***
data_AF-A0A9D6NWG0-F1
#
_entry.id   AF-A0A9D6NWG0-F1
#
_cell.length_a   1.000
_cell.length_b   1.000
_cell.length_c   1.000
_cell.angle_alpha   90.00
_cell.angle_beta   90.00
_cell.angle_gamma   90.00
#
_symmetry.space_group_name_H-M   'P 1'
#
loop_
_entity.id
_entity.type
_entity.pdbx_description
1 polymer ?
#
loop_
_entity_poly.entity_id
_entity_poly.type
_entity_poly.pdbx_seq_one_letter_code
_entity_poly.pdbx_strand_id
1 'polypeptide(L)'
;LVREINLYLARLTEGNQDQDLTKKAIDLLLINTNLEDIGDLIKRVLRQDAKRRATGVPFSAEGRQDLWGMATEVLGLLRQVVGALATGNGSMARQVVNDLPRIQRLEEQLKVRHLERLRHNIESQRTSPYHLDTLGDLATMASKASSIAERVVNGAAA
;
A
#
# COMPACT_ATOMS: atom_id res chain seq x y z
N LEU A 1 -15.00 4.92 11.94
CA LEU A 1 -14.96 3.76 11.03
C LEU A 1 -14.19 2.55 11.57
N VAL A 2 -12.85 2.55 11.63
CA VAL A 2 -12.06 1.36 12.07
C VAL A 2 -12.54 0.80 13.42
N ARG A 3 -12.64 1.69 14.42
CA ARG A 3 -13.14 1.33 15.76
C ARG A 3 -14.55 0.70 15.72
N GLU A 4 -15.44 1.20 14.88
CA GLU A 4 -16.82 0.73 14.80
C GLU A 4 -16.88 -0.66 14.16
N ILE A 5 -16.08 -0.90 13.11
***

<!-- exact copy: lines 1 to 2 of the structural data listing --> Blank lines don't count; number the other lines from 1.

data_AF-A0A9D6NWG0-F1
#